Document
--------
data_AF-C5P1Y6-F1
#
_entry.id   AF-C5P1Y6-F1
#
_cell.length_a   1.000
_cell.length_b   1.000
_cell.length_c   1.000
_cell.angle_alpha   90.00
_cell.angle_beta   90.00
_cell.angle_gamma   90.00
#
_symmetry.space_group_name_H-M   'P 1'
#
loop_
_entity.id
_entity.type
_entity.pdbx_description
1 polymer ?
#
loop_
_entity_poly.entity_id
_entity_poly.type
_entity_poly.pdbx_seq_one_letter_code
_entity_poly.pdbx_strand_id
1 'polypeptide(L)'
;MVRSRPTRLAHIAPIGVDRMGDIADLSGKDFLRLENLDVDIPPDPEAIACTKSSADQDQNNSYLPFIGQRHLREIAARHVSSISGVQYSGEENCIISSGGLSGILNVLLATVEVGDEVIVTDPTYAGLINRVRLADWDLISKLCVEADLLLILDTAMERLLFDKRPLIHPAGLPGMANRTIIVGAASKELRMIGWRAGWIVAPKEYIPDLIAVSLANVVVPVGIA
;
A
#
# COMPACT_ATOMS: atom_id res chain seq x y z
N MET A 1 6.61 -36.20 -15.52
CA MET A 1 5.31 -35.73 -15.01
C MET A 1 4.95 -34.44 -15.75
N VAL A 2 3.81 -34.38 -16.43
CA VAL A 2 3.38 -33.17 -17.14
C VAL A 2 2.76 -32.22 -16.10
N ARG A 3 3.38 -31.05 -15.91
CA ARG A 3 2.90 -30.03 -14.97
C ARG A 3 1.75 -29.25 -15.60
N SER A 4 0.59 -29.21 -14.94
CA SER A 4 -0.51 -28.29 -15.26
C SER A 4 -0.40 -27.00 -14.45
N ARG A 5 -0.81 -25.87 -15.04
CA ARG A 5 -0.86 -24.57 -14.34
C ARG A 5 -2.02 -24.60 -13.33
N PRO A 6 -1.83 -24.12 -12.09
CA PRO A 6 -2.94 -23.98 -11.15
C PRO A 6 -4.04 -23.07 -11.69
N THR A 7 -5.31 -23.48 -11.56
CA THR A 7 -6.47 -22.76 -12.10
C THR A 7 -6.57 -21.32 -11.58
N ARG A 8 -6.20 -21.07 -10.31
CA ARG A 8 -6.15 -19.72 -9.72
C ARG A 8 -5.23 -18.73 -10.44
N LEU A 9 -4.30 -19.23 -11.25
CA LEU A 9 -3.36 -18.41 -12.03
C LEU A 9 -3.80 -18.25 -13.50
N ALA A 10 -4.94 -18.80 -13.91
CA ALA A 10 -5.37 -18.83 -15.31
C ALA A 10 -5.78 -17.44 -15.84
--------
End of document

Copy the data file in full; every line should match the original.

data_AF-C5P1Y6-F1
#
_entry.id   AF-C5P1Y6-F1
#
_cell.length_a   1.000
_cell.length_b   1.000
_cell.length_c   1.000
_cell.angle_alpha   90.00
_cell.angle_beta   90.00
_cell.angle_gamma   90.00
#
_symmetry.space_group_name_H-M   'P 1'
#
loop_
_entity.id
_entity.type
_entity.pdbx_description
1 polymer ?
#
loop_
_entity_poly.entity_id
_entity_poly.type
_entity_poly.pdbx_seq_one_letter_code
_entity_poly.pdbx_strand_id
1 'polypeptide(L)'
;MVRSRPTRLAHIAPIGVDRMGDIADLSGKDFLRLENLDVDIPPDPEAIACTKSSADQDQNNSYLPFIGQRHLREIAARHVSSISGVQYSGEENCIISSGGLSGILNVLLATVEVGDEVIVTDPTYAGLINRVRLADWDLISKLCVEADLLLILDTAMERLLFDKRPLIHPAGLPGMANRTIIVGAASKELRMIGWRAGWIVAPKEYIPDLIAVSLANVVVPVGIA
;
A
#
# COMPACT_ATOMS: atom_id res chain seq x y z
N MET A 1 6.61 -36.20 -15.52
CA MET A 1 5.31 -35.73 -15.01
C MET A 1 4.95 -34.44 -15.75
N VAL A 2 3.81 -34.38 -16.43
CA VAL A 2 3.38 -33.17 -17.14
C VAL A 2 2.76 -32.22 -16.10
N ARG A 3 3.38 -31.05 -15.91
CA ARG A 3 2.90 -30.03 -14.97
C ARG A 3 1.75 -29.25 -15.60
N SER A 4 0.59 -29.21 -14.94
CA SER A 4 -0.51 -28.29 -15.26
C SER A 4 -0.40 -27.00 -14.45
N ARG A 5 -0.81 -25.87 -15.04
CA ARG A 5 -0.86 -24.57 -14.34
C ARG A 5 -2.02 -24.60 -13.33
N PRO A 6 -1.83 -24.12 -12.09
CA PRO A 6 -2.94 -23.98 -11.15
C PRO A 6 -4.04 -23.07 -11.69
N THR A 7 -5.31 -23.48 -11.56
CA THR A 7 -6.47 -22.76 -12.10
C THR A 7 -6.57 -21.32 -11.58
N ARG A 8 -6.20 -21.07 -10.31
CA ARG A 8 -6.15 -19.72 -9.72
C ARG A 8 -5.23 -18.73 -10.44
N LEU A 9 -4.30 -19.23 -11.25
CA LEU A 9 -3.36 -18.41 -12.03
C LEU A 9 -3.80 -18.25 -13.50
N ALA A 10 -4.94 -18.80 -13.91
CA ALA A 10 -5.37 -18.83 -15.31
C ALA A 10 -5.78 -17.44 -15.84